Joe Glenton joined the army in 2003—the same year his mum marched with two million others on the monster Stop the War Coalition demonstration on 15 February.
Soldier Box is his account of his experience as a soldier during the Afghanistan war and his realisation that the war was a “sordid adventure”.
It tells of how he began as a young working class army recruit and ended up being a celebrated army deserter and anti-war activist.
He portrays the routine of army life, the camaraderie among ordinary soldiers and the bullying from the officers. He also shows how casual racism and sexism pervades the forces.
Joe began to question what the war was about at the end of his first tour of Afghanistan. He could see that the military were not “guests but invaders”.
When he returned to Britain he vowed not to go back. This decision changed his life. Joe went Absent Without Leave (Awol) and went to live in Australia.
He wrote the number of an Awol helpline on a post-it note and stuck it above his kettle. It stayed there for months before he finally decided to call it.
After taking advice he decided that he needed to return to Britain and face the army so he could carry on his life without running away.
His account of how the army treats you when you break is fascinating.
The officers are used to blind obedience from the lower ranks and rely on fear to enforce their power. But once Joe had lost his fear the army could no longer cope with him.
He flew back to Britain and walked back into his barracks to face charges of desertion and was appointed a solicitor who “appeared uninterested”.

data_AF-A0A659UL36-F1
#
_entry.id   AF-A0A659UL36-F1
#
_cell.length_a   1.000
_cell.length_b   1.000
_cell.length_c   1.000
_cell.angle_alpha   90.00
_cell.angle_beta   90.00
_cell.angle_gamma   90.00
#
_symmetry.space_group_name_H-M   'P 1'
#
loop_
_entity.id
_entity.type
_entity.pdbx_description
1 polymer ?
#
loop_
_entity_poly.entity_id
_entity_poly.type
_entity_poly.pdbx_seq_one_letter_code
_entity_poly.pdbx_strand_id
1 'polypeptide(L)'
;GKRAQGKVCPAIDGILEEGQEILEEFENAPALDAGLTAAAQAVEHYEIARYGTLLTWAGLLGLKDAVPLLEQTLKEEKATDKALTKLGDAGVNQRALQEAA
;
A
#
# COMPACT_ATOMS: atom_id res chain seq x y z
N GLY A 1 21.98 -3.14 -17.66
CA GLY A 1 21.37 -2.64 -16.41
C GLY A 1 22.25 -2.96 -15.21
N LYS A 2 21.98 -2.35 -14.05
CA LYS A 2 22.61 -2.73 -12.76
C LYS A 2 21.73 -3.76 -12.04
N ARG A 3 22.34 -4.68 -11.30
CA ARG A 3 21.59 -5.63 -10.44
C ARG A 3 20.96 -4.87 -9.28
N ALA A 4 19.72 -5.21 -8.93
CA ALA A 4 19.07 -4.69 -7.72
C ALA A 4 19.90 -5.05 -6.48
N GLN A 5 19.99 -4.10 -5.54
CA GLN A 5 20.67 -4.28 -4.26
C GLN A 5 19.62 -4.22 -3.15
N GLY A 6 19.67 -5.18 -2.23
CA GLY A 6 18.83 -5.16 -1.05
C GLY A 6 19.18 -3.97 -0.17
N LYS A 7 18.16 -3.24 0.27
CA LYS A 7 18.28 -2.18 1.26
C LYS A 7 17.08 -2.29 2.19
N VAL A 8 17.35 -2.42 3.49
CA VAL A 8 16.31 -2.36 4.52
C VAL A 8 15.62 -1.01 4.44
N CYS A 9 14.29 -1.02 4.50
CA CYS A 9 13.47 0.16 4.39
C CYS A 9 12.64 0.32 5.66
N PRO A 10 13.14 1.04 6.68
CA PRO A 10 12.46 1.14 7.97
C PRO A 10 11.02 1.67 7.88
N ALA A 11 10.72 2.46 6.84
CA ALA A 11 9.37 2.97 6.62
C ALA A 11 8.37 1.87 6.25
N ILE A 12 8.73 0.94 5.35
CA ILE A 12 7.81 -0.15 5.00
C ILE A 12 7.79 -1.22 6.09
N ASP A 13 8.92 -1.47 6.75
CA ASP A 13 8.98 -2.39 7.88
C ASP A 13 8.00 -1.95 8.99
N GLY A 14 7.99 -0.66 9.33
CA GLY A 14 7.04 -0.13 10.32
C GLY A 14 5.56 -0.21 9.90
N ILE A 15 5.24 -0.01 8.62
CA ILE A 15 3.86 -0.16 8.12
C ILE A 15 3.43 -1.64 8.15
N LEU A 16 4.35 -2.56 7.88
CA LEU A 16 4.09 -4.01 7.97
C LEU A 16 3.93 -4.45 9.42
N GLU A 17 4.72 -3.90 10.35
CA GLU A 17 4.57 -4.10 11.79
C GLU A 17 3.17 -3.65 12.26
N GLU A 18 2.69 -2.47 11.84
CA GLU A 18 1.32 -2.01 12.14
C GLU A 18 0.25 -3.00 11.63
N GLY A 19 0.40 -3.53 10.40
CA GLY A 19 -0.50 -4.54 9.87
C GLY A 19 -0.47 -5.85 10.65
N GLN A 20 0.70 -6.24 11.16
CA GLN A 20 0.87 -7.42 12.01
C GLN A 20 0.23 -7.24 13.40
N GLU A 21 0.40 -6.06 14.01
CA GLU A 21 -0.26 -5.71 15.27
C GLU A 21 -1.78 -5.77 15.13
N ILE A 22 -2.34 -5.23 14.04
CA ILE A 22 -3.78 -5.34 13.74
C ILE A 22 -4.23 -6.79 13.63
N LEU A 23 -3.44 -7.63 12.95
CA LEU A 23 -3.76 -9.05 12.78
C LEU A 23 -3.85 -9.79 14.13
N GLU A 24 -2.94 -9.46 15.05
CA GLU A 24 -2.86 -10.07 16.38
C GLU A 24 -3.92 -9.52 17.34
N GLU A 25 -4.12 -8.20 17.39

Joe didn’t want his case to be “read on the day of the trial over a Frappuccino on the train from London.”
So, on the recommendation of his mum, he met with an old friend of hers, John Tipple, a legal case worker. Joe immediately saw John as a “scrapper” and the fight against the army began.
Socialist Worker was the first newspaper to interview Joe. We put him on our front page in 2009. When military intelligence found out, they pulled him in and warned him against working with the left.
But by that time Joe had already spoken at a Stop the War public meeting and was travelling the country for rallies and protests.
But it wasn’t just in the anti-war movement where he found support.
Once, after defying an army instruction not to take part on an anti-war demo, he returned to the barracks and got a “round of applause from a section of the lads”.
Joe’s story is a powerful read, but not just because it’s a good story. It reveals how the army and those in power have to try and crush the human spirit to pursue their aims. But Soldier Box shows us that they don’t always succeed.
A quietly evocative film
Remaining true to Egypt’s revolution
A photo book that captures a fashion revolution
Shadow of #MeToo hangs over new BBC thriller